The Inflammatory and Immune Response Systems, Part II

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At Mountaintop Acupuncture, we have over 30 years experience. To read more, please click here.

If you have questions and concerns about acupuncture treatment, we offer a free 20-minute phone session: click here for contact information to call or e-mail us.

We’re located in the DTC, in Centennial, near Greenwood Village, Englewood, and Cherry Hills, Colorado.

Insurance is welcome and accepted.

The Inflammatory and Immune Response Systems, Part 1: Inflammation in a Nutshell

courtesy of digital thermal imaging, showing back pain originating from inflammation in the (R) kidney

Large or small, inside or outside, wherever injury occurs the body’s defenses set off a cascade of players to deal with the tissue damage (inflammation system) and keep strangers out (immune system). Whether you bump your elbow, get a splinter, or have an autoimmune disorder, the same sequence unfolds, aimed to restore order and heal you, naturally.

This series will cover the major components present where injury to tissue occurs. It’s a fascinating, complex process, with a lot of moving parts in a rapid sequence of events. We begin with a discussion of inflammation, and move on to immunity, inflammatory conditions, health tips, and related topics in future posts.

Inflammation is characterized by four cardinal signs:
Redness
Pain
Heat
Swelling

The inflammatory response serves to stop bleeding and wall off the injured area to prevent further damage to the local tissue. This unfolds as a natural process beginning with acute-phase and transitioning into chronic-phase responses.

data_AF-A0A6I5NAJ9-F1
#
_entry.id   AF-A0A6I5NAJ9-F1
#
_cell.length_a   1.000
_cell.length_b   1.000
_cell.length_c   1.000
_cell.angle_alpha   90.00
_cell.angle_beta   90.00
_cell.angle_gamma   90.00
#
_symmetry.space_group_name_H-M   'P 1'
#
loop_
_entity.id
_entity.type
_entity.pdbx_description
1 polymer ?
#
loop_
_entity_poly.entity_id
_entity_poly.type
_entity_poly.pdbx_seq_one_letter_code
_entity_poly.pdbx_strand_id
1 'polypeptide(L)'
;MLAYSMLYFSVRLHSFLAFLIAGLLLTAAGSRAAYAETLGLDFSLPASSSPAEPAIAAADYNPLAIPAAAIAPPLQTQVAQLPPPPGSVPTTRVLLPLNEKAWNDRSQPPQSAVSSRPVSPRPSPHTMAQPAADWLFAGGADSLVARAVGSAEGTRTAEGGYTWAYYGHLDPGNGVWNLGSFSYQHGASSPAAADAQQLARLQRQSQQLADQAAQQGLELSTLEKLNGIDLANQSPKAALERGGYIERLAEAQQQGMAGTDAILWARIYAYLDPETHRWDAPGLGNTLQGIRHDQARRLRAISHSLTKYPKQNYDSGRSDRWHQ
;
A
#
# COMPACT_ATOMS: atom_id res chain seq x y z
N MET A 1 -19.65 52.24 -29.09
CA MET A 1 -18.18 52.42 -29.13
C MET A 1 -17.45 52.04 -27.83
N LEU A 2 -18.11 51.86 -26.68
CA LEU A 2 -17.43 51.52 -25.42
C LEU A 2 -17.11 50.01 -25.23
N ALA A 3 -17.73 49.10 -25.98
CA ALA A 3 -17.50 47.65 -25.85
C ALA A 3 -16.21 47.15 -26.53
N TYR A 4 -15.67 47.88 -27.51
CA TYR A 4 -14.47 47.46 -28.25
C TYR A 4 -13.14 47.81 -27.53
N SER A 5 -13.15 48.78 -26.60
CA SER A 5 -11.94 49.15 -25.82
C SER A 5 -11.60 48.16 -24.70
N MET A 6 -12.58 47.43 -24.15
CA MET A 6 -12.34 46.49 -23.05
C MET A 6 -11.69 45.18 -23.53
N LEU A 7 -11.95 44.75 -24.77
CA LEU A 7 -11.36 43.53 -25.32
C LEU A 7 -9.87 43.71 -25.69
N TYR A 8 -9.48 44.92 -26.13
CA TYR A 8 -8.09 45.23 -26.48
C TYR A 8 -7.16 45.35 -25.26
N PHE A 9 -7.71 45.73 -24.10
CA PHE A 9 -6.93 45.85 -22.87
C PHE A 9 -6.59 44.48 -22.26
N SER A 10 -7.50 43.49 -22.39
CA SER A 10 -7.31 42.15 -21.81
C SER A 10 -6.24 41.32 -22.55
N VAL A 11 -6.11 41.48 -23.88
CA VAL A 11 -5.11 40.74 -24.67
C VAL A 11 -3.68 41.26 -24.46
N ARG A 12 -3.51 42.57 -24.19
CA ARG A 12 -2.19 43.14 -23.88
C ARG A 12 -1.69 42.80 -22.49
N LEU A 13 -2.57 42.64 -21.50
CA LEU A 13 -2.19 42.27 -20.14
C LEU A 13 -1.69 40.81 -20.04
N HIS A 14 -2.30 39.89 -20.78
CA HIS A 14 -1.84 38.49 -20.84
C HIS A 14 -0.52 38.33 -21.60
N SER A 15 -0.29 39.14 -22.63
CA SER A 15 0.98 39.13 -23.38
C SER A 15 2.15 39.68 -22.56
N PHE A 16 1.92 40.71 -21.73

1. Acute-phase response has active two stages, the vascular stage and the cellular stage.

a. During the vascular stage, the blood vessels first respond by constricting, then rapidly dilate (enlarge). The blood vessels that supply the area also dilate to allow fluid and plasma proteins to move out of the vessels and into the surrounding (interstitial) spaces, causing the swelling, heat, pain, and redness associated with acute-phase inflammation.

b. During the cellular phase, the capillaries become permeable for the delivery of immune factors, nutrients, and blood-clotting factors.

Chemical mediators produce the signs and symptoms of inflammation at both the vascular and cellular stages. These mediators perform an array of functions that keep the intricate process moving forward step-by-step, with the ultimate purpose of stopping the damage and returning the system to homeostasis. We will cover some of these in future posts.

2. Chronic-phase responses can become long-lasting if not treated. Some chronic-phase injuries are local (shoulder pain) and some are systemic (autoimmune disease). Foreign substances, both living (viruses, bacteria, fungi, and parasites) and non-living (example: splinters) can also underlie chronic inflammation.

Chronic-phase responses put an additional demand on the body’s resources, hence the reason why we stress the importance of quality nutrition that supplies the raw material for all the body’s functions.

The Inflammatory and Immune Response Systems, Part 1: Inflammation in a Nutshell

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At Mountaintop Acupuncture, we have over 30 years experience. To read more, please click here.

If you have questions and concerns about acupuncture treatment, we offer a free 20-minute phone session: click here for contact information to call or e-mail us.

We’re located in the DTC, in Centennial, near Greenwood Village, Englewood, and Cherry Hills, Colorado.

Insurance is welcome and accepted.